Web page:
Exitwp works by first parsing the WHOLE exported wordpress xml, then write out all the markdown files. The problem with that is if you have a very large site (Dataaware has over 12K entries, and Cloudaware has over 25K posts), it will take a ton of memory. Not to mention you have no feedback on what’s going on until the end.

I had one blog post that had some malformed HTML inside the CDATA section, and that somehow caused the parser to spin forever (still not sure what the deal is). I let exitwp run over night not knowing what’s going on, but finally I updated exitwp to write out jekyll files one at a time instead of all at the end. I also outputed the blog title so I know which blog is getting stuck.

The following diff (sorry not patch format but that was too long) shows the differences.

<     header = parse_header()
<             write_jekyll({'header': header, 'items': export_items}, target_format)
<             export_items = []
>     write_jekyll(data, target_format)

In any case, exitwp is an awesome, and required, tool for migrating from wordpress to octopress. Learn to love it.

Put the final XML, from step #2, into wordpress-xml directory under exitwp, and you can run python exitwp.py to convert it.

One of the blogs above mentioned that you may need to fix up the image tags manually, but I didn’t check the result as I didn’t have many images in my blogs.

After exitwp finishes, you can copy the build/jekyll//_posts to the source directory under octopress.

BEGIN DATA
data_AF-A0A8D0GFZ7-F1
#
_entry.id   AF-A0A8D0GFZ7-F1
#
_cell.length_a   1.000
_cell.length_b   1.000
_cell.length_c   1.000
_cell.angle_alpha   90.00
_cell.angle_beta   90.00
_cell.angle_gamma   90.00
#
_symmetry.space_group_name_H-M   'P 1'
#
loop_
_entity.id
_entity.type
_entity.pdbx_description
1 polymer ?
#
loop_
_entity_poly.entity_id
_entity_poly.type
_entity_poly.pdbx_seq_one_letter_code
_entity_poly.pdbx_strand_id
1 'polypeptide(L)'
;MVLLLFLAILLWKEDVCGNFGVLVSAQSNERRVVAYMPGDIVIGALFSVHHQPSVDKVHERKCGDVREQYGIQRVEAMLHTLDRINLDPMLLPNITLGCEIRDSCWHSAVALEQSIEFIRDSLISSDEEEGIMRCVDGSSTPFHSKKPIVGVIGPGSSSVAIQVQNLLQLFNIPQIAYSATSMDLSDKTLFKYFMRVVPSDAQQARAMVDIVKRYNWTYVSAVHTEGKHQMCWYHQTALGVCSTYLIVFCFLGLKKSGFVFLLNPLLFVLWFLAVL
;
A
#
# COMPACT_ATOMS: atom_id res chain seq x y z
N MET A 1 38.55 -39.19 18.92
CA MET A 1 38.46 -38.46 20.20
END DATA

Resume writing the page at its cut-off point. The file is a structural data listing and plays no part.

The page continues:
cp -r build/jekyll/cloudfeed/_posts ../cloudfeed/source/_posts

4. Set up the Octopress Theme

You need to do this for each blog you are migrating.

There are a list of themes on Opthemes you can download for Octopress. Most of them are pretty simple. The ones I used are Pageturner and Greyshade with minor modifications.

One caveat to remember, after you git clone the theme into .themes directory, is you need to remove the .git directory for that theme, or else you won’t be able to save a copy to your own repo. So rm -rf .themes/<theme_name>/.git.

Another caveat to remember is some of the themes have missing files, most likely they expect the Octopress classis theme to be installed. For example, there’s a bunch of files missing from Greyshade if you haven’t previously installed classic. So the best way to install the theme is

rake install
rake "install[greyshade]"

Personally I don’t really like it as it adds unncessary files to the source and sass directories, so I just copied the necessary files over to the new theme. You may not want to go through that level of pain.

5. Generate the Static Site

You need to do this for each blog you are migrating, and each time you update the site.

rake generate

This command will generate the site for you. It is an easy step but could take forever. For Dataaware I have over 12K posts. It takes 1 hour to generate the site on my Macbook Air (1.8 GHz i5, 4GB memory, SSD). For Cloudfeed with 5700+ posts, it takes 20-25 minutes. For Cloudaware with over 25K posts, I would expect the generation process to take well over 2 hours.